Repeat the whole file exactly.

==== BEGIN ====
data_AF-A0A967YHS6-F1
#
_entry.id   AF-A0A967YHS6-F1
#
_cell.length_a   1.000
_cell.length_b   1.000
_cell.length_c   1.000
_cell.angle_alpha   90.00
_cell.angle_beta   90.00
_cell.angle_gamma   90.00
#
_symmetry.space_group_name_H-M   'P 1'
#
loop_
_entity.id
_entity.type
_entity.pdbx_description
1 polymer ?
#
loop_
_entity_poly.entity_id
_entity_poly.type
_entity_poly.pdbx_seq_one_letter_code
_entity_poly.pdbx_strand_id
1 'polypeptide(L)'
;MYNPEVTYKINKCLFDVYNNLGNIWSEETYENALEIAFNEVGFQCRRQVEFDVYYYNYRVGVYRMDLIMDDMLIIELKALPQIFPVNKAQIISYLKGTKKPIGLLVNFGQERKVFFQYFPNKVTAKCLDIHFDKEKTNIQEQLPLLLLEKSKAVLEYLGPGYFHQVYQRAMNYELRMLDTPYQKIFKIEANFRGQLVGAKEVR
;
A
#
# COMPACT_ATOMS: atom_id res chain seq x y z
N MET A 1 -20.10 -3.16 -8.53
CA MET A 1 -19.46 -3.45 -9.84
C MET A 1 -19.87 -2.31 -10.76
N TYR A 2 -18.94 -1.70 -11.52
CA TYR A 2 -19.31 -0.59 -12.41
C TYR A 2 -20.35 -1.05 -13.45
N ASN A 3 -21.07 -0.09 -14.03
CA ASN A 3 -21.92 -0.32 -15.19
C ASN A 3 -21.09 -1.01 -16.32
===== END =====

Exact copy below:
data_AF-A0A967YHS6-F1
#
_entry.id   AF-A0A967YHS6-F1
#
_cell.length_a   1.000
_cell.length_b   1.000
_cell.length_c   1.000
_cell.angle_alpha   90.00
_cell.angle_beta   90.00
_cell.angle_gamma   90.00
#
_symmetry.space_group_name_H-M   'P 1'
#
loop_
_entity.id
_entity.type
_entity.pdbx_description
1 polymer ?
#
loop_
_entity_poly.entity_id
_entity_poly.type
_entity_poly.pdbx_seq_one_letter_code
_entity_poly.pdbx_strand_id
1 'polypeptide(L)'
;MYNPEVTYKINKCLFDVYNNLGNIWSEETYENALEIAFNEVGFQCRRQVEFDVYYYNYRVGVYRMDLIMDDMLIIELKALPQIFPVNKAQIISYLKGTKKPIGLLVNFGQERKVFFQYFPNKVTAKCLDIHFDKEKTNIQEQLPLLLLEKSKAVLEYLGPGYFHQVYQRAMNYELRMLDTPYQKIFKIEANFRGQLVGAKEVR
;
A
#
# COMPACT_ATOMS: atom_id res chain seq x y z
N MET A 1 -20.10 -3.16 -8.53
CA MET A 1 -19.46 -3.45 -9.84
C MET A 1 -19.87 -2.31 -10.76
N TYR A 2 -18.94 -1.70 -11.52
CA TYR A 2 -19.31 -0.59 -12.41
C TYR A 2 -20.35 -1.05 -13.45
N ASN A 3 -21.07 -0.09 -14.03
CA ASN A 3 -21.92 -0.32 -15.19
C ASN A 3 -21.09 -1.01 -16.32